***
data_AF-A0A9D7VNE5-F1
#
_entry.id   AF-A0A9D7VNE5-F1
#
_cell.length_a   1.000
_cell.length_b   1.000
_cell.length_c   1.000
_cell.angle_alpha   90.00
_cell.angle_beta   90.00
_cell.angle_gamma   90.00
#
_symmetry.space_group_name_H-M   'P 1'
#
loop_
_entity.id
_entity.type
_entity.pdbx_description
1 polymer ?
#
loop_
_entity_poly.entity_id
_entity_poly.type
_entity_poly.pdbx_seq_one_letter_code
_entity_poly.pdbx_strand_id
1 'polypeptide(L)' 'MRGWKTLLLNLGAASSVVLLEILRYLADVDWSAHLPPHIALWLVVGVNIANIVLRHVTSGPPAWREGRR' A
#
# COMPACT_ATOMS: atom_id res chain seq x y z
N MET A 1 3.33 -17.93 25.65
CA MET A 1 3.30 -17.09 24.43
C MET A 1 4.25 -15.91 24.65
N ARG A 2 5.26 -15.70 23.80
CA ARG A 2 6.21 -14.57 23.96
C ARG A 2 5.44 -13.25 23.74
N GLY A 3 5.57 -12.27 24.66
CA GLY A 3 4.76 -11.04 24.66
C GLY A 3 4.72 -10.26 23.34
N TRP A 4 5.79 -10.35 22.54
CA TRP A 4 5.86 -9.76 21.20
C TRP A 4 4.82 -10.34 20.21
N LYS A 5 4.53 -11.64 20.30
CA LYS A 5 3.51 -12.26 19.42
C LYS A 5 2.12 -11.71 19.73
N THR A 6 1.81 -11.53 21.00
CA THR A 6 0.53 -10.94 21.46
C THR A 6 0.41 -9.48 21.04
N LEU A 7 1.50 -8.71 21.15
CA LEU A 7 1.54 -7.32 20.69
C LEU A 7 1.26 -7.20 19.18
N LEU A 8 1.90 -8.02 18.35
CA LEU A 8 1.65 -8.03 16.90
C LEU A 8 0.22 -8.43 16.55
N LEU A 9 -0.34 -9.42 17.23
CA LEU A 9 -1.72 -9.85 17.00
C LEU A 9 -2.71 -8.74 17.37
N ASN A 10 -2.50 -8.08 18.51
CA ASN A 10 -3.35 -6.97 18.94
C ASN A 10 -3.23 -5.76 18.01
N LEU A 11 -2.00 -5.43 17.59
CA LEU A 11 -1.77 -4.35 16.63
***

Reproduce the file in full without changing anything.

data_AF-A0A9D7VNE5-F1
#
_entry.id   AF-A0A9D7VNE5-F1
#
_cell.length_a   1.000
_cell.length_b   1.000
_cell.length_c   1.000
_cell.angle_alpha   90.00
_cell.angle_beta   90.00
_cell.angle_gamma   90.00
#
_symmetry.space_group_name_H-M   'P 1'
#
loop_
_entity.id
_entity.type
_entity.pdbx_description
1 polymer ?
#
loop_
_entity_poly.entity_id
_entity_poly.type
_entity_poly.pdbx_seq_one_letter_code
_entity_poly.pdbx_strand_id
1 'polypeptide(L)' 'MRGWKTLLLNLGAASSVVLLEILRYLADVDWSAHLPPHIALWLVVGVNIANIVLRHVTSGPPAWREGRR' A
#
# COMPACT_ATOMS: atom_id res chain seq x y z
N MET A 1 3.33 -17.93 25.65
CA MET A 1 3.30 -17.09 24.43
C MET A 1 4.25 -15.91 24.65
N ARG A 2 5.26 -15.70 23.80
CA ARG A 2 6.21 -14.57 23.96
C ARG A 2 5.44 -13.25 23.74
N GLY A 3 5.57 -12.27 24.66
CA GLY A 3 4.76 -11.04 24.66
C GLY A 3 4.72 -10.26 23.34
N TRP A 4 5.79 -10.35 22.54
CA TRP A 4 5.86 -9.76 21.20
C TRP A 4 4.82 -10.34 20.21
N LYS A 5 4.53 -11.64 20.30
CA LYS A 5 3.51 -12.26 19.42
C LYS A 5 2.12 -11.71 19.73
N THR A 6 1.81 -11.53 21.00
CA THR A 6 0.53 -10.94 21.46
C THR A 6 0.41 -9.48 21.04
N LEU A 7 1.50 -8.71 21.15
CA LEU A 7 1.54 -7.32 20.69
C LEU A 7 1.26 -7.20 19.18
N LEU A 8 1.90 -8.02 18.35
CA LEU A 8 1.65 -8.03 16.90
C LEU A 8 0.22 -8.43 16.55
N LEU A 9 -0.34 -9.42 17.23
CA LEU A 9 -1.72 -9.85 17.00
C LEU A 9 -2.71 -8.74 17.37
N ASN A 10 -2.50 -8.08 18.51
CA ASN A 10 -3.35 -6.97 18.94
C ASN A 10 -3.23 -5.76 18.01
N LEU A 11 -2.00 -5.43 17.59
CA LEU A 11 -1.77 -4.35 16.63